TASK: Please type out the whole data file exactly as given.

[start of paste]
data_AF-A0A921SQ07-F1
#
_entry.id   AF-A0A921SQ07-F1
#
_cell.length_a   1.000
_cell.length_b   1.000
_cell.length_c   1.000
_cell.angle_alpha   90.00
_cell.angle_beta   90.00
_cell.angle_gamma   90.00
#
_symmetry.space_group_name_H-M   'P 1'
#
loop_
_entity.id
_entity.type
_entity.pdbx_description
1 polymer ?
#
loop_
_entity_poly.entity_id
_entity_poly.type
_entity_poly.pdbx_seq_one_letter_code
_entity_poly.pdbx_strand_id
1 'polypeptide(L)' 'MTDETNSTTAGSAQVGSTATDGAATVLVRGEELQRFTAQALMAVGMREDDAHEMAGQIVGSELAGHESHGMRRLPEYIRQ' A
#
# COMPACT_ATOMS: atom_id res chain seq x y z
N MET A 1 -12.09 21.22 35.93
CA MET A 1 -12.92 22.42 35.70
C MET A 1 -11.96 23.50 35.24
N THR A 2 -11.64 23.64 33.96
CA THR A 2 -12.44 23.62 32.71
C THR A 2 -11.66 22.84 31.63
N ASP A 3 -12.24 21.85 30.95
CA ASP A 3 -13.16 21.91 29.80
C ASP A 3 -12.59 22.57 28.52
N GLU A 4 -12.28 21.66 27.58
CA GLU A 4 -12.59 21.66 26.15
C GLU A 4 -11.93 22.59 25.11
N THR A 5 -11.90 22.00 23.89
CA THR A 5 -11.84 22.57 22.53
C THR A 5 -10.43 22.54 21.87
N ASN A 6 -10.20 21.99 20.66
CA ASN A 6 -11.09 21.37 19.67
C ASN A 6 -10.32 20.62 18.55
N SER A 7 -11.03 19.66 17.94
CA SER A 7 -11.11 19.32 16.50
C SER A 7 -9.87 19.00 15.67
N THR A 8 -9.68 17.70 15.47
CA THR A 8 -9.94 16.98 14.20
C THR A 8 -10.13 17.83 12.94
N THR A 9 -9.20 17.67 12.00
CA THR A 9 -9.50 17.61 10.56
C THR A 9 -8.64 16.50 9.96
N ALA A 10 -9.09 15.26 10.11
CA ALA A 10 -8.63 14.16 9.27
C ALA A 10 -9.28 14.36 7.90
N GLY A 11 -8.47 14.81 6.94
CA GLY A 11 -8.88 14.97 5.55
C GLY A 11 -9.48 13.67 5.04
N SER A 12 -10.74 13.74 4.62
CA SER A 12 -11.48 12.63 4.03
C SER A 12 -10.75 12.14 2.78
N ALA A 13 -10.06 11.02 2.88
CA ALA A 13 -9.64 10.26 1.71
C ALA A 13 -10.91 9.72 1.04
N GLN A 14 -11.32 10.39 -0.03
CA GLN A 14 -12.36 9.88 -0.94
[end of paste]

data_AF-A0A921SQ07-F1
#
_entry.id   AF-A0A921SQ07-F1
#
_cell.length_a   1.000
_cell.length_b   1.000
_cell.length_c   1.000
_cell.angle_alpha   90.00
_cell.angle_beta   90.00
_cell.angle_gamma   90.00
#
_symmetry.space_group_name_H-M   'P 1'
#
loop_
_entity.id
_entity.type
_entity.pdbx_description
1 polymer ?
#
loop_
_entity_poly.entity_id
_entity_poly.type
_entity_poly.pdbx_seq_one_letter_code
_entity_poly.pdbx_strand_id
1 'polypeptide(L)' 'MTDETNSTTAGSAQVGSTATDGAATVLVRGEELQRFTAQALMAVGMREDDAHEMAGQIVGSELAGHESHGMRRLPEYIRQ' A
#
# COMPACT_ATOMS: atom_id res chain seq x y z
N MET A 1 -12.09 21.22 35.93
CA MET A 1 -12.92 22.42 35.70
C MET A 1 -11.96 23.50 35.24
N THR A 2 -11.64 23.64 33.96
CA THR A 2 -12.44 23.62 32.71
C THR A 2 -11.66 22.84 31.63
N ASP A 3 -12.24 21.85 30.95
CA ASP A 3 -13.16 21.91 29.80
C ASP A 3 -12.59 22.57 28.52
N GLU A 4 -12.28 21.66 27.58
CA GLU A 4 -12.59 21.66 26.15
C GLU A 4 -11.93 22.59 25.11
N THR A 5 -11.90 22.00 23.89
CA THR A 5 -11.84 22.57 22.53
C THR A 5 -10.43 22.54 21.87
N ASN A 6 -10.20 21.99 20.66
CA ASN A 6 -11.09 21.37 19.67
C ASN A 6 -10.32 20.62 18.55
N SER A 7 -11.03 19.66 17.94
CA SER A 7 -11.11 19.32 16.50
C SER A 7 -9.87 19.00 15.67
N THR A 8 -9.68 17.70 15.47
CA THR A 8 -9.94 16.98 14.20
C THR A 8 -10.13 17.83 12.94
N THR A 9 -9.20 17.67 12.00
CA THR A 9 -9.50 17.61 10.56
C THR A 9 -8.64 16.50 9.96
N ALA A 10 -9.09 15.26 10.11
CA ALA A 10 -8.63 14.16 9.27
C ALA A 10 -9.28 14.36 7.90
N GLY A 11 -8.47 14.81 6.94
CA GLY A 11 -8.88 14.97 5.55
C GLY A 11 -9.48 13.67 5.04
N SER A 12 -10.74 13.74 4.62
CA SER A 12 -11.48 12.63 4.03
C SER A 12 -10.75 12.14 2.78
N ALA A 13 -10.06 11.02 2.88
CA ALA A 13 -9.64 10.26 1.71
C ALA A 13 -10.91 9.72 1.04
N GLN A 14 -11.32 10.39 -0.03
CA GLN A 14 -12.36 9.88 -0.94